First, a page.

A tragic accident. A blackmail plot. A house of cards.
In his late father's house, Carl finds a hoard of pills, 'wonder drugs' and herbal remedies. He sells a box of slimming pills to his close friend Stacey.
And Carl's new tenant is now scheming to blackmail him, imposing more and more demands on an increasingly unstable Carl, pushing him to the point of no return...
Ruth Rendell's final novel is a dark and atmospheric tale of psychological suspense, full of mistaken identity, kidnap, blackmail, and a cast of normal people driven to do abnormal things. Infused with her distinctive blend of wry humour, acute observation and deep humanity, this is Rendell at her most memorable and best.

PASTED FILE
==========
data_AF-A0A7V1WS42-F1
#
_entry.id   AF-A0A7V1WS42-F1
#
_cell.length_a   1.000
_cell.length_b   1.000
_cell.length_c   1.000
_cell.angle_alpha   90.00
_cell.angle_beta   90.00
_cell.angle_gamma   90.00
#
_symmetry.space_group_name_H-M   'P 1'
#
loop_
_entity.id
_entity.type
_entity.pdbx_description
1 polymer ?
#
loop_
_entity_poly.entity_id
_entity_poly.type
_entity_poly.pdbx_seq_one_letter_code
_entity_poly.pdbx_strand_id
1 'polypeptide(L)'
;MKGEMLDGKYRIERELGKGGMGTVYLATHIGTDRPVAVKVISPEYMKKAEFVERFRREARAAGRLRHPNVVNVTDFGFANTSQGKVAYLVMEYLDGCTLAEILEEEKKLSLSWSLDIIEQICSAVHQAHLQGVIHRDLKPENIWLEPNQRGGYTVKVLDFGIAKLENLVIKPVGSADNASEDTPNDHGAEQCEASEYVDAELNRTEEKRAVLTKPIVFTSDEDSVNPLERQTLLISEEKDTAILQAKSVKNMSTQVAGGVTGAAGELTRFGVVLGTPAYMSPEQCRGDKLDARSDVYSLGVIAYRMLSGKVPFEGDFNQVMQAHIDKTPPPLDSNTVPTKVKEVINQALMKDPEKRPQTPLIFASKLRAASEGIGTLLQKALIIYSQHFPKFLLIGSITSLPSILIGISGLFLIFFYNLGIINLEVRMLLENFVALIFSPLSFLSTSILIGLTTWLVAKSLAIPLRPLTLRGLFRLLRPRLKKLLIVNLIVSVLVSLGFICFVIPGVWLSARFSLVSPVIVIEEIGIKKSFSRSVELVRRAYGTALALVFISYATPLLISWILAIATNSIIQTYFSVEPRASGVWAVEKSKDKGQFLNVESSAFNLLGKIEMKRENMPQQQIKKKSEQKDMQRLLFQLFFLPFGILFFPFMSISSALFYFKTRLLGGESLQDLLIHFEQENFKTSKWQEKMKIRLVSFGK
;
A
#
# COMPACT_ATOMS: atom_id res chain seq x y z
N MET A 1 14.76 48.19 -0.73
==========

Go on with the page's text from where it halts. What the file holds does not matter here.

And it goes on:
Her absence is keenly felt. But we do have this mesmeric book . . . It’s a felicitous last hurrah for Rendell
It enjoyably and honourably concludes Rendell's six decades of exploring the death force that, as her last book demonstrates, may be triggered in unexpected people and places. - Mark Lawson
Dark Corners is written in a deceptively simple manner, and at times it reads like a twisted fairytale. It leaves an uneasiness behind like a dark stain on the consciousness . . . The violence of Dark Corners is the violence that stems from the mundane and the ordinary, and it is all the more frightening because of that.
Everything that makes Rendell's work so memorable - gothic but believable people and plots, simple yet vivid prose, peerlessly rendered settings, and fear and despair as the twin ‘parents’ of violence - is in evidence here.
Another of Rendell’s penetrating studies of ordinary people trapped in extraordinary circumstances . . . her countless admirers will seize on it with delight.